The Life-Changing Manga of Tidying Up
From the #1 New York Times best-selling author and lifestyle/cleaning guru Marie Kondo, this graphic novelization brings Kondo's life-changing tidying method to life with the fun, quirky story of a woman who transforms her home, work, and love life using Kondo's advice and inspiration.Marie Kondo presents the fictional story of Chiaki, a young woman in Tokyo who struggles with a cluttered apartment, messy love life, and lack of direction. After receiving a complaint from her attractive next-door neighbor about the sad state of her balcony, Chiaki gets Kondo to take her on as a client. Through a series of entertaining and insightful lessons, Kondo helps Chiaki get her home--and life--in order. This insightful, illustrated case study is perfect for people looking for a fun introduction to the KonMari Method of tidying up, as well as tried-and-true fans of Marie Kondo eager for a new way to think about what sparks joy. Featuring illustrations by award-winning manga artist Yuko Uramoto, this book also makes a great read for manga and graphic novel lovers of all ages.

The Life-Changing Manga of Tidying Up Details

TitleThe Life-Changing Manga of Tidying Up
Author
LanguageEnglish
ReleaseJul 4th, 2017
PublisherTen Speed Press
Rating
GenreSequential Art, Manga, Nonfiction, Graphic Novels, Self Help, Comics, Cultural, Japan, Adult, Reference, Graphic Novels Comics, Productivity

The Life-Changing Manga of Tidying Up Review

  • Melissa ♥ Dog/Wolf Lover ♥ Martin
    January 1, 1970
    This book was sooooooooooooo cute =)And I did actually learn some tidbits of information about getting rid of stuff. I have been getting rid of stuff for some time now but it never seems to make a difference. And I have recently started getting rid of books I'm not going to read again so it's making more room! Chiaki is the girl in this book and boy is she a hoarder! But I thought Chiaki and Marie had a good time tidying up and setting priorities. I actually have a few more things I want to add This book was sooooooooooooo cute =)And I did actually learn some tidbits of information about getting rid of stuff. I have been getting rid of stuff for some time now but it never seems to make a difference. And I have recently started getting rid of books I'm not going to read again so it's making more room! Chiaki is the girl in this book and boy is she a hoarder! But I thought Chiaki and Marie had a good time tidying up and setting priorities. I actually have a few more things I want to add to my big giveaway pile after reading this little book. I love giving stuff away, it's so refreshing to get things out and know that someone will actually use it =) I don't think I would have paid much attention to the real book (I think there is a real book format) as much as I did with this little manga. It was just too cute and I loved the pictures. There just happens to be a cute boy next door that she can invite over after she tidy's up! ♥ He got to see her house by accident before it was clean and he freaked. I mean, I would too. It was super impressive when it was clean though. Either way, I loved this book being in manga form. I really enjoyed it. *Thank you to BloggingForBooks for a print copy of this book.*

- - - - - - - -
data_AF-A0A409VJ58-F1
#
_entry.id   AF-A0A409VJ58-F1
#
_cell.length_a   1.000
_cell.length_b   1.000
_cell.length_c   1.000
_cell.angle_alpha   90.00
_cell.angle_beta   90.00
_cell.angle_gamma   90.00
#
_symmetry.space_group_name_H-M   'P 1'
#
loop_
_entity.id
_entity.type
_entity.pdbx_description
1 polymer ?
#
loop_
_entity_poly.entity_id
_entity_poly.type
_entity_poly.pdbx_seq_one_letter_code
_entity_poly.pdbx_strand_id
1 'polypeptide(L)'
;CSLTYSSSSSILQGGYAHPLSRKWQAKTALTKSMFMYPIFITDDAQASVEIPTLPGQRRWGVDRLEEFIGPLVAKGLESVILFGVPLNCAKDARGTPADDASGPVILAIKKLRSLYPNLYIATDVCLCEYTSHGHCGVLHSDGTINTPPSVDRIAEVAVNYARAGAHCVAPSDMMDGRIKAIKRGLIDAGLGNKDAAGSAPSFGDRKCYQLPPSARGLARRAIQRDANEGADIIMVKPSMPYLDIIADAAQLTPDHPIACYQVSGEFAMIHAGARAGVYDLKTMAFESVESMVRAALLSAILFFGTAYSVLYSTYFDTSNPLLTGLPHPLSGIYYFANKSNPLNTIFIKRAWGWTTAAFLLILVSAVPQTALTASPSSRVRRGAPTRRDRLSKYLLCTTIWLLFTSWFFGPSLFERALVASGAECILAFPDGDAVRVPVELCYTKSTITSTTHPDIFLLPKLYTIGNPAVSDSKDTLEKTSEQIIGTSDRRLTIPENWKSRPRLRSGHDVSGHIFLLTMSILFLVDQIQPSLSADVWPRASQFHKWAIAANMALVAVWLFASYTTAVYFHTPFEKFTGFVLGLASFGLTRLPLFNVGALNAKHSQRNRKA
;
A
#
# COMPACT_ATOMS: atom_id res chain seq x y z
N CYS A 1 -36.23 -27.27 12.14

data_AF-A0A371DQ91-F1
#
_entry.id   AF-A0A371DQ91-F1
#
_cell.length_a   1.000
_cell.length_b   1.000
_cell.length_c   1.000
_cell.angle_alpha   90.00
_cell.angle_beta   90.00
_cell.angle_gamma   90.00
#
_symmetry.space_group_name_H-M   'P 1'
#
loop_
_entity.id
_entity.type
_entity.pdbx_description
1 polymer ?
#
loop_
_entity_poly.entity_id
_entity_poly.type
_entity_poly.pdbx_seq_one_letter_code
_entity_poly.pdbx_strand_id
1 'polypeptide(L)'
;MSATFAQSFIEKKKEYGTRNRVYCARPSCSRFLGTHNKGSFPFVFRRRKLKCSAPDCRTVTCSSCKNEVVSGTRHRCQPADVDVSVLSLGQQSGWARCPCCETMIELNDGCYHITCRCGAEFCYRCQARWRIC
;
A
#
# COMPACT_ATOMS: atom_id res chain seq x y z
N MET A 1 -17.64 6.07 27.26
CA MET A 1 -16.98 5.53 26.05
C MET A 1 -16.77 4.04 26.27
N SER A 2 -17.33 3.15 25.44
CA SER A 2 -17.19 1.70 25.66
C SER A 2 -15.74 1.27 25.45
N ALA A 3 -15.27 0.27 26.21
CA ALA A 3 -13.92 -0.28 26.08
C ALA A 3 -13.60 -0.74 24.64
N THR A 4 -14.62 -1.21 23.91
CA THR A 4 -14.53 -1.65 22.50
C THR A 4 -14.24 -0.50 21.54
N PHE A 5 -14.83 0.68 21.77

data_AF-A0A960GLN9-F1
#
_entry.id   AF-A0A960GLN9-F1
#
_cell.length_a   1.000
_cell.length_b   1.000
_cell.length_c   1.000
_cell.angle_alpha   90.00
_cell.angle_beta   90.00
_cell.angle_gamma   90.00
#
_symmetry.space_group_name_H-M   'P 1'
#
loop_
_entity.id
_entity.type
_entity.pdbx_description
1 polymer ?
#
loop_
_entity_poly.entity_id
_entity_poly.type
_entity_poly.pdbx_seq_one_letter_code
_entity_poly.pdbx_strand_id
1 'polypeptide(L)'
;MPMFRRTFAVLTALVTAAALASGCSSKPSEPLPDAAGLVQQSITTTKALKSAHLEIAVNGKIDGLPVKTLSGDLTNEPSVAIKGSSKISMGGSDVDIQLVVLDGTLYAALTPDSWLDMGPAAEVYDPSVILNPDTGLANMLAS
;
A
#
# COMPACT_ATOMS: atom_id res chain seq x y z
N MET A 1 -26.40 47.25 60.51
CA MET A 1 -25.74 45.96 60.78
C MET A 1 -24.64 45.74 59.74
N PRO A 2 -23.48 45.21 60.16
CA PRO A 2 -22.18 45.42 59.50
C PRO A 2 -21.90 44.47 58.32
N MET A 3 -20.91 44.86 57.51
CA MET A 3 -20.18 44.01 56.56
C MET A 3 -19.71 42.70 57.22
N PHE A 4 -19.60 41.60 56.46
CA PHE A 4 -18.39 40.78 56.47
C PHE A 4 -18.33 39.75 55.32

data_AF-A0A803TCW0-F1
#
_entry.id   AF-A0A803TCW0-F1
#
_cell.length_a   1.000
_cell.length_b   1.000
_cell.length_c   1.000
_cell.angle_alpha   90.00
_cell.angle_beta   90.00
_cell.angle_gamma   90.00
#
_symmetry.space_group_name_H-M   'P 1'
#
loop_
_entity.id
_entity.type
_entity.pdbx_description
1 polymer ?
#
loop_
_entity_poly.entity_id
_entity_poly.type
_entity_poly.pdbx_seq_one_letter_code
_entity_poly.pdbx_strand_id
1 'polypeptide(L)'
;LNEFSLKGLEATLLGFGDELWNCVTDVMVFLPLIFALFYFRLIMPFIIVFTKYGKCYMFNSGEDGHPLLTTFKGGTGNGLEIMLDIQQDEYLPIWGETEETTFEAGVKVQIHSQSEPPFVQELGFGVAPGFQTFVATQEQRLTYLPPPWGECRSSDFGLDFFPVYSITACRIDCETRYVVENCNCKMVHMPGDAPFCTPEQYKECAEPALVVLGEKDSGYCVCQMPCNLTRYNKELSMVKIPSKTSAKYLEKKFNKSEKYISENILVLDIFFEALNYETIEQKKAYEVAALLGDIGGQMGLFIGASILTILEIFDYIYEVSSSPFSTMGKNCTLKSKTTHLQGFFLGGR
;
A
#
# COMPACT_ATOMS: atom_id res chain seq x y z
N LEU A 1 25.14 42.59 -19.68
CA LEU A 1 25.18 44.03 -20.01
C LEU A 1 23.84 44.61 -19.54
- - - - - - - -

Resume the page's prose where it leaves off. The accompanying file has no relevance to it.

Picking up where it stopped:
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  • j e w e l s [Books Bejeweled]
    January 1, 1970
    The KonMari Method of household organization has been bantered about amongst my friends for the last year, but I had not read the book until now. This graphic novel is a super cute, appealing way of presenting the valuable information to all ages. I read it fast, went back to reread sections and I love the illustrations. I have never even looked at a graphic novel before, and I was pleasantly surprised by how fun this one is. The techniques make sense immediately since it is all visual. I loved The KonMari Method of household organization has been bantered about amongst my friends for the last year, but I had not read the book until now. This graphic novel is a super cute, appealing way of presenting the valuable information to all ages. I read it fast, went back to reread sections and I love the illustrations. I have never even looked at a graphic novel before, and I was pleasantly surprised by how fun this one is. The techniques make sense immediately since it is all visual. I loved this book! Some of the ideas in the book are just out there as in "far out, man", even to a Portlandian like me. I don't care if my clothes receive my love and appreciation, I'm not going to fold dresses and skirts into a drawer. But, the advice on getting rid of the clutter is priceless. I especially like and will use the information on sorting all the paper that seems to accumulate constantly in my house.I know a lot of my reader peeps will cringe at the "getting rid of books" section! I happen to agree with the author. I only keep books I love and that bring me joy. Once I have read a book, I pass it on to someone else because I have already experienced it. My 20-year old is anxious to read this precious little book and I would be thrilled if some of the tidying ideas that Marie Kondo introduces will take hold! Thanks so much to Ten Speed Press for giving me the opportunity to read and review this book. All opinions are my own.